First Impressions, part 1

They have not played in a game and have only a few weeks of practice to their credit, but the 22 incoming freshman who took part in Wisconsin's fall camp have already made a mark. In the first of a three-part story, Badger Nation profiles the freshmen who are most likely to avoid a redshirt.

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Wisconsin's freshmen class looked strong this fall, but only a handful will see the field this season.  The players with the best chance are receiver/returner Ernest Mason, cornerback Roderick Rogers, punter Kenneth DeBauche, free safety Johnny White, left tackle Joe Thomas and long snapper Steven Johnson, who is listed No. 2 at his position.

 

WR/KR/PR Ernest Mason

Mason was a human highlight reel in fall camp. He possesses unreal athleticism and very good all-around skills. Mason already possesses excellent speed and quickness, complimenting good size and strength. He has very soft hands, as displayed both as a receiver and a returner. Mason has six receivers ahead of him on the depth chart and receiver Brandon Williams and free safety Jim Leonhard in front of him at the return spots. Mason, though, looks poised to take over the return jobs and fit in as a receiver. The Badgers coaches have said multiple times that they want to get Mason on the field and use his speed. I wouldn't be surprised if he graces the field for half a dozen or so plays a game at receiver. Mason has the tools and the determination to become a top-flight receiver and returner. He needs to improve his route running and will, of course, get stronger, but the sky is the limit. The Badgers are loaded at receiver and with only two seniors at the position there will be quite a bit of competition down the road. Mason is the type of rare talent that could rise above and become a star.

 

P Kenneth DeBauche

DeBauche pushed incumbent punter R.J. Morse day-in and day-out in camp. Morse has the edge, but if he slips the coaching staff will likely turn to Suamico, Wis. product DeBauche. In limited opportunities to view DeBauche punting, he did display major conference-quality leg strength. DeBauche left a good impression with coaches throughout the fall and will likely continue to compete for the punting job throughout the season.

 

CB Roderick Rogers

Rogers is listed No. 3 at right cornerback but he was in rotating with Levonne Rowan on the second unit during the final week of fall camp. Rogers also played with the second unit nickel defense. In any case, Rogers is assuredly the team's No. 5 corner at the least and it would not come as a surprise if he was No. 3 by season's end. Rogers has great height for the position at 6-2 and solid size at 185 pounds. He has above average speed and good instincts. He needs to fine tune his game, as does every freshman, but the future looks very bright. Rogers may work in with the special teams units this season.

 

FS Johnny White

White established a physical presence as soon as the pads were on at fall camp. This is no small feat considering that freshmen had to start later than usual this season. White was impressive each day with his athleticism and hitting ability. He tracks the ball well and has decent hands. Still, it came as a surprise when he was practicing with the reserves rather than the scouts last week. The coaching staff said they simply wanted to see how he would react. He looked just fine in practice, but with veterans Jim Leonhard and Robert Brooks at the position, White may well redshirt this season. Still, he has earned a spot "in the depth" and could also help the team on special teams.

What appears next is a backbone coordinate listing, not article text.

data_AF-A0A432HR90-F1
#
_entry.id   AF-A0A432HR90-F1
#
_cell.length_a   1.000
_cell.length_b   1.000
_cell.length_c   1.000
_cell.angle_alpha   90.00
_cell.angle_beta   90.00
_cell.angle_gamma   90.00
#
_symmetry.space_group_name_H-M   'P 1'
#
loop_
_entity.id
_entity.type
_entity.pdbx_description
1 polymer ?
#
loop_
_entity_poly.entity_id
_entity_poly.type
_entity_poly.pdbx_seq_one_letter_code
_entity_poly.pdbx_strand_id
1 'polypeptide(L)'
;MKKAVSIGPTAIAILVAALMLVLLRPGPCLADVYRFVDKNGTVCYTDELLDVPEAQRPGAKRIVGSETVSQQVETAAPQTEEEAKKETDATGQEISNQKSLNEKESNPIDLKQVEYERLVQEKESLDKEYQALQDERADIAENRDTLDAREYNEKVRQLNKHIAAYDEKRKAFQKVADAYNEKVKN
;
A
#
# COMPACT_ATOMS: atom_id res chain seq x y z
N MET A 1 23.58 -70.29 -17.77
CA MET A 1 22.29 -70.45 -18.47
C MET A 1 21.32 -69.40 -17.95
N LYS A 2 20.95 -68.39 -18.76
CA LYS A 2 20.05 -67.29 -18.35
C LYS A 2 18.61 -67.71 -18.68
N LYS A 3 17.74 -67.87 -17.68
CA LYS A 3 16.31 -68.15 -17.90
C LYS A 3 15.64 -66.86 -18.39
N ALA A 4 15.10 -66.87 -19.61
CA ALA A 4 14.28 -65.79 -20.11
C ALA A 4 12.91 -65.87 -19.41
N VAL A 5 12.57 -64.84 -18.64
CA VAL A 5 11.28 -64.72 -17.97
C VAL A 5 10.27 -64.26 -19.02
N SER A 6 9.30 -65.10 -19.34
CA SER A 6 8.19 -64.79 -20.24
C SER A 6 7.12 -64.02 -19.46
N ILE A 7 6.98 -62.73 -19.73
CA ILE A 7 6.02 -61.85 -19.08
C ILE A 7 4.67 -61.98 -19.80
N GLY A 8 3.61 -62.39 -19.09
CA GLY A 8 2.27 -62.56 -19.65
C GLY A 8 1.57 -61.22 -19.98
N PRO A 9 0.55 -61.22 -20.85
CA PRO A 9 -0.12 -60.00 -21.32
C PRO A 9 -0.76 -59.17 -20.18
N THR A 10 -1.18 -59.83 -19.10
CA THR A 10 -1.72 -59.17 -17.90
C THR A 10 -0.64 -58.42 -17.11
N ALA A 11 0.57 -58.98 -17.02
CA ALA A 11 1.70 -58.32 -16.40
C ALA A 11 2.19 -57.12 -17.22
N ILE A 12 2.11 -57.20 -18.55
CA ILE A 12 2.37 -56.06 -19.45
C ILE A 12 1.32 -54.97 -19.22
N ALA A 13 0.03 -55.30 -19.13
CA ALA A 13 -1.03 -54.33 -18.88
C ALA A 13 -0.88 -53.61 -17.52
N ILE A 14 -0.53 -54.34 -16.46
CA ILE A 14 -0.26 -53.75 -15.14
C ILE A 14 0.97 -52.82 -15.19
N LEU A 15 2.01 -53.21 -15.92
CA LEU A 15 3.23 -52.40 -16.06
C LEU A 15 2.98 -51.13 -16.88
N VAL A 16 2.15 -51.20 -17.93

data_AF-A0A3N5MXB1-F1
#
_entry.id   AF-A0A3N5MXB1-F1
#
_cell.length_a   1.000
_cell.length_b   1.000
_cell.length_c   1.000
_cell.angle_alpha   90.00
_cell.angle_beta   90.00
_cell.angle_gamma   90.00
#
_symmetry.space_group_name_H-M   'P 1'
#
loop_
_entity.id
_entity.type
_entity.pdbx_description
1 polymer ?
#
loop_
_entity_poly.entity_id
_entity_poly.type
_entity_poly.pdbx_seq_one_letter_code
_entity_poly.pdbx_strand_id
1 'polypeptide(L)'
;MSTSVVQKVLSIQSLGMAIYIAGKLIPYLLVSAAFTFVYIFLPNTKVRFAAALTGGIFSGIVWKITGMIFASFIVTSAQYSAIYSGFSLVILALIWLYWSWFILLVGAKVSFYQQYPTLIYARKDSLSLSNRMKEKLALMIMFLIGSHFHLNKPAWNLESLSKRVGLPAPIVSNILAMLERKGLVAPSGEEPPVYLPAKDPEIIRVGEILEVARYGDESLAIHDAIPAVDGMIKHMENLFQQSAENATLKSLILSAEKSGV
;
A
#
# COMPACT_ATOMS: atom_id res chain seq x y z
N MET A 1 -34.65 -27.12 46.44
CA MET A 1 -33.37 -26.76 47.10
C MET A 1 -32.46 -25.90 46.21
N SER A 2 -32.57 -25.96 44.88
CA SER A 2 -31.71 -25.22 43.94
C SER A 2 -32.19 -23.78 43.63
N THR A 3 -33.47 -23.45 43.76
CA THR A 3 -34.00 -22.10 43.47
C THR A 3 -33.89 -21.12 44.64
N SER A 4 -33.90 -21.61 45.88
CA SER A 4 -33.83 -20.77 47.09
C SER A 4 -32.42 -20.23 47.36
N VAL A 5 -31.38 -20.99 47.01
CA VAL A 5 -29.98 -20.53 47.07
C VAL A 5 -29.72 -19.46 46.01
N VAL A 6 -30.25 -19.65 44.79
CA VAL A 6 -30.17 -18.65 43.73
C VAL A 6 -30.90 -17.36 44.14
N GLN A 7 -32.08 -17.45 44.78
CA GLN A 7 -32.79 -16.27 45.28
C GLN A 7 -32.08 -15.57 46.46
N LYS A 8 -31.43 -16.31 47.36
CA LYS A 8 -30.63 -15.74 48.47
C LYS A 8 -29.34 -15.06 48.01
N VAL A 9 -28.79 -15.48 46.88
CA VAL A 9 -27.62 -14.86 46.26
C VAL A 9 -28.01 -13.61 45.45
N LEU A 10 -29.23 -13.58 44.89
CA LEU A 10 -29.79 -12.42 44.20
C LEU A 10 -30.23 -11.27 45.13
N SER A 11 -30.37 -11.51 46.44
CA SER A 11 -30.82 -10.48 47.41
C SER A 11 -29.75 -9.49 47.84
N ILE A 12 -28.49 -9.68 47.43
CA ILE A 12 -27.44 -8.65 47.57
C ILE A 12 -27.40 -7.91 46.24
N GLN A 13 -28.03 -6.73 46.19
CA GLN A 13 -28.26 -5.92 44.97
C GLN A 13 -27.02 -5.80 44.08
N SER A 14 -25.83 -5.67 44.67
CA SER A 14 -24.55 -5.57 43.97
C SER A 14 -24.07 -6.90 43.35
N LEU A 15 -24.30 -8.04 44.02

LT Joe Thomas

It did not take long for Thomas to move from the frosh line to the second team line, pushing the previous No. 2 left tackle, Jake Wood, to right tackle in the process. Thomas came in with a ton of expectations and he certainly did not disappoint. A freshman offensive linemen is not supposed to be as athletic as Thomas. He is listed at 6-8, 260, but is likely closer to 280, and his frame will carry plenty more weight. Linemen in particular seem to always need to get stronger, but Thomas looked sturdy and impressively strong for a young linemen. And it cannot be accentuated enough how well he moves for a big man. Thomas will likely take on the role Mike Lorenz served last season as a glorified sixth linemen, playing tight end in some sets. Ever since Thomas announced  he was coming to Madison there has been clamoring for him to start as a freshman. It won't happen unless Morgan Davis gets hurt. Davis has looked good and Thomas never challenged for the top spot. Thomas, though, looks poised to be a big time player down the road.

 

LS Steven Johnson

OK, what to say about a long snapper. He did his job; he did it competently; he earned a No. 2 spot on the depth chart. In all seriousness, this is quite a niche. Say what you will, Johnson and Thomas are the only members of the 2003 recruiting class currently in the two-deep. And while the kickers and punters take the heat when things go wrong, the long snappers are a big part of the kicking game's success or failure. On one memorable punting sequence this fall, Morse and DeBauche suffered from a fit of inconsistency, but not entirely of their own making. When the snaps were true, the ball boomed off their feet; when they left something to be desired, the result wasn't quite so pretty. This particular practice memory was the exception, though. Johnson and Katula are very competent long snappers.


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